Three men have died after being swept into the ocean by a large wave that pulled a group of people into the surf.
The crowd was standing on rocks near a popular fishing area known as Hill 60 in Port Kembla, south of Wollongong, when they were knocked into the water just after 10pm on Friday, NSW Police said.
Authorities said on Friday night three people had been confirmed dead, with emergency services continuing a search of the area for any other people who may be in the water on Saturday.
A police search with rescue helicopters and local lifeguards were deployed in the search on Friday evening.
The men have not been formally identified, but police believe two of them, aged 45 and 49, are from Green Valley.
The other is believed to be a 69-year-old from Campsie.
As inquiries continue, police are appealing for anyone who may have witnessed the incident to contact Lake Illawarra police or Crime Stoppers.
“[This is] a timely warning to everybody, the location that people do fish on these outcrops where it is very close to the sea and on a point or headland,” Assistant Superintendent Gordon Dunlop said, according to ABC News.
“Unfortunately the weather does change [and] sometimes the waves can become quite dangerous for those on the surface of the rocks.”
Tragedy sparks warning to Australians
Australians are being urged to plan for visiting the beach like they would for a road trip amid an alarming spike in people drowning while trying to rescue others.
Five people have died in bystander rescue drownings since December 1, according to Surf Live Saving Australia - a figure normally expected over a 12-month period.
They include a woman in her 20s who swam out with several others to rescue a teenage girl struggling in the water at Venus Bay, near Melbourne, last week.
She got into difficulty before being pulled from the water by an off-duty lifeguard. Everyone else made it safely back, including the teenager.
NSW police officer Kelly Foster, 39, died on January 2 in the Blue Mountains after attempting to rescue another canyoner from a whirlpool at Mount Wilson.
The canyoner, 24-year-old software engineer Jennifer Qi, also died.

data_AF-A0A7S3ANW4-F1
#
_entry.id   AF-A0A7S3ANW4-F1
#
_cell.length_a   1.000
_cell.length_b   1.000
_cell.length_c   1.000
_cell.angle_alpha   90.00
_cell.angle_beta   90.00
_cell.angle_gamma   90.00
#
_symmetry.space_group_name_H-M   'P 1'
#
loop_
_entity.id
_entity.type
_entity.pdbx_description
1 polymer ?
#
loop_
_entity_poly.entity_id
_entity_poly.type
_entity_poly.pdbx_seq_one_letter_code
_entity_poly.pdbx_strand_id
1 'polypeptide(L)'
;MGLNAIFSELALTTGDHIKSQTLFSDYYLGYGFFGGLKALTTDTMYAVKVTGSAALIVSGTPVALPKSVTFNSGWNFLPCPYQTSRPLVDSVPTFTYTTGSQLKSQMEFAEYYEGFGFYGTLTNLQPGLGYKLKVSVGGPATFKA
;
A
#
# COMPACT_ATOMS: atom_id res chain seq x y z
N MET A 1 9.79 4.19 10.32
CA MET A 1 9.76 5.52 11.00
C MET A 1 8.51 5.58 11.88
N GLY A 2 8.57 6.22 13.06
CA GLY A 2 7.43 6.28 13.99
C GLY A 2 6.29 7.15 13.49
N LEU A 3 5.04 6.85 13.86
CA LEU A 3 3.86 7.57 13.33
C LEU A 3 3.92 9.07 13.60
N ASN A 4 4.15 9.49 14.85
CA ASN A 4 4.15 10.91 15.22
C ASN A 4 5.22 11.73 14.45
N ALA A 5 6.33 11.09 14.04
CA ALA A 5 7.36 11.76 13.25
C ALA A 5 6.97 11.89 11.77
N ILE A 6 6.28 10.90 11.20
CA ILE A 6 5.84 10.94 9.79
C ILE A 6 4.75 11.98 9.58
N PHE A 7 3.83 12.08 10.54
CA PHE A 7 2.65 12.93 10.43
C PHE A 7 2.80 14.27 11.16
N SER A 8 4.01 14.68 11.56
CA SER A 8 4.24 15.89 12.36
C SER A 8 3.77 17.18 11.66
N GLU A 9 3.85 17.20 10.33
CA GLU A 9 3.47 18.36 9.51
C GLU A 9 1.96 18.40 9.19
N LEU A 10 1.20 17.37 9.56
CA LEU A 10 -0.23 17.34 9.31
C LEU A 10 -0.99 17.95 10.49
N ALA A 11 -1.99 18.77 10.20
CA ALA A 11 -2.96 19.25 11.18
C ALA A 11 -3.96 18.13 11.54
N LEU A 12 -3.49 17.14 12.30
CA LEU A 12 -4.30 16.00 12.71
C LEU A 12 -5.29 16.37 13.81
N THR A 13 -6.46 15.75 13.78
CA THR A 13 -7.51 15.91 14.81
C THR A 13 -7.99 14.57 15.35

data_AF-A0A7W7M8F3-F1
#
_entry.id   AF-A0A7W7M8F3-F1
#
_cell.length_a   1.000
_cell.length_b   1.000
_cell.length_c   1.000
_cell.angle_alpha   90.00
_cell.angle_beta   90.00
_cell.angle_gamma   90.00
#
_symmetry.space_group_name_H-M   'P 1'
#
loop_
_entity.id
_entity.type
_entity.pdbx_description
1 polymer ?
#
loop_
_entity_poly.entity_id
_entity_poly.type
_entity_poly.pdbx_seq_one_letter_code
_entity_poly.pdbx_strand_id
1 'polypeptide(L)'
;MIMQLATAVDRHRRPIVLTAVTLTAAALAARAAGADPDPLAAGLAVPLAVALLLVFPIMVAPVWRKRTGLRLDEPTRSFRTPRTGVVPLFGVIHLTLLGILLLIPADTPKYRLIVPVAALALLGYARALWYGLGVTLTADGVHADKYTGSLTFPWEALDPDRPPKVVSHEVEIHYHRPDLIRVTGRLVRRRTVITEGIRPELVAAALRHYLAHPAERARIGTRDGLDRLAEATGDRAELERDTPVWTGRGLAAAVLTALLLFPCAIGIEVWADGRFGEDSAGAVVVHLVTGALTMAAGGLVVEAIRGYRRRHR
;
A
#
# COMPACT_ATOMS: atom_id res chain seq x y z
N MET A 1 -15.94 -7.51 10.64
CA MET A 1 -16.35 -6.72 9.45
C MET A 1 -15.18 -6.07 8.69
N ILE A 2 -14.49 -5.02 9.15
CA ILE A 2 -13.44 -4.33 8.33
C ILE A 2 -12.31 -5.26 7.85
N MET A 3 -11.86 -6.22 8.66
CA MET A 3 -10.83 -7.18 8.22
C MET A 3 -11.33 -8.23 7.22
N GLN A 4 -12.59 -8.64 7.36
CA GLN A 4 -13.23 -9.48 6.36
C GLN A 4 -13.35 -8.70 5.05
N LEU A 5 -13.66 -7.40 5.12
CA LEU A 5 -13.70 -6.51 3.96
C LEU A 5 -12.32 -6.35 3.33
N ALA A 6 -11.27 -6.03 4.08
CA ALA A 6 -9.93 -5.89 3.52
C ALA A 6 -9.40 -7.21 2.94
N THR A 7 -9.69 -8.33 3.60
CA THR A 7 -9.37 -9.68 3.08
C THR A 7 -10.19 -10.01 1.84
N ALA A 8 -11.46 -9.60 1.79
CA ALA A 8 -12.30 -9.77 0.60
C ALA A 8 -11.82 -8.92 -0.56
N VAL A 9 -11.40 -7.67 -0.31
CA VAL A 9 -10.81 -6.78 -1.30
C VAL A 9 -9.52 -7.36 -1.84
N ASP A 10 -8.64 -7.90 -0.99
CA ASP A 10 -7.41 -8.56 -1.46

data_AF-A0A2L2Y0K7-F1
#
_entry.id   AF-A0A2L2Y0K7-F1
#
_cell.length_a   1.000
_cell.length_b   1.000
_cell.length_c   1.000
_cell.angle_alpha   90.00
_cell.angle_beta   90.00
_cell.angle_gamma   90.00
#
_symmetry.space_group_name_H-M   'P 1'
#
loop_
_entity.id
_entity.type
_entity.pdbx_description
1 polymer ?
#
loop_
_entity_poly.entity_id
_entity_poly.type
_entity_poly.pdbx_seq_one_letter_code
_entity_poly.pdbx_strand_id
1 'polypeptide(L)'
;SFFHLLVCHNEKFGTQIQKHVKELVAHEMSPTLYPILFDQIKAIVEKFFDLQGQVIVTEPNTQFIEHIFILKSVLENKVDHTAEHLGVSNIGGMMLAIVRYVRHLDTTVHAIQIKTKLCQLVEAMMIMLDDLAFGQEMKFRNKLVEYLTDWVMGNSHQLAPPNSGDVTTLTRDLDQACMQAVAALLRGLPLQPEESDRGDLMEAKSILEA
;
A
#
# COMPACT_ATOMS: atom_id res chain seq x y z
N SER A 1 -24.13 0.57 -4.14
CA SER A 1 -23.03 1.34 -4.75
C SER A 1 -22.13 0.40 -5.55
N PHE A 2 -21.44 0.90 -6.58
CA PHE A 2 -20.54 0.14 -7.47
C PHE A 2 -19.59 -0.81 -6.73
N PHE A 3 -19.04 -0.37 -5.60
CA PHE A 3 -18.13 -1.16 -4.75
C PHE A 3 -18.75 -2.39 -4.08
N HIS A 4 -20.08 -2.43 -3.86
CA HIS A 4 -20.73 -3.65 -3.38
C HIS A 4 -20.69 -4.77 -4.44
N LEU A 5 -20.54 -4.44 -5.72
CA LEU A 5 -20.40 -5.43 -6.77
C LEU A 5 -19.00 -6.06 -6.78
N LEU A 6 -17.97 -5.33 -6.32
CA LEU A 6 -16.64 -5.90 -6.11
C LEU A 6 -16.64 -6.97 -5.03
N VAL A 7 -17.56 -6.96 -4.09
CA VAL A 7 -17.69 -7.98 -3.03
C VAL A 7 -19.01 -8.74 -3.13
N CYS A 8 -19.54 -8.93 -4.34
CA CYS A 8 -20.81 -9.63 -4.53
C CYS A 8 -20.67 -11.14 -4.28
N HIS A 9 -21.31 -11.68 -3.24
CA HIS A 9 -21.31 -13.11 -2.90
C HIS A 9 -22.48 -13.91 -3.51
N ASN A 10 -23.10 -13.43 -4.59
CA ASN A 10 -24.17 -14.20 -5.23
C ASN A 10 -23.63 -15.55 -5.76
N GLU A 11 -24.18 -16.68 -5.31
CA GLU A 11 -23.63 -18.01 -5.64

"We're starting to see more of it," SLSA general manager coastal safety Shane Daw said.
"We've got people doing amazing things, heroic things, going to the aid of others ... but sadly, they're becoming a statistic."
Covid-19 partly to blame
Part of the reason behind this summer's spike in cases is geographical.
Australians unable to travel overseas because of the Covid-19 pandemic have been flocking to the beach and going off the beaten track.
More than 90 per cent of this summer's drowning deaths have been at unpatrolled locations.
"That's an alarming factor - with our vast coastline, people are seeking a little bit of privacy and to get away from the crowds but by doing so, they're putting themselves at risk," Mr Daw says.
Another issue is the generally laidback attitude most Aussies have towards going to the beach.
"If you're going to go camping or go on a road trip, you'd always have a bit of a plan - you make sure you've got enough petrol and you're taking all your things," Mr Daw says.
While more research is needed to better understand the phenomenon, SLSA's figures lay bare the tragic impact of rescue drownings.
Some 70 per cent of fatal incidents involved people trying to rescue their own family members, usually children.
"It's a heroic effort, and we can't say enough good things about these people trying to actually save someone else's life," Mr Daw said.
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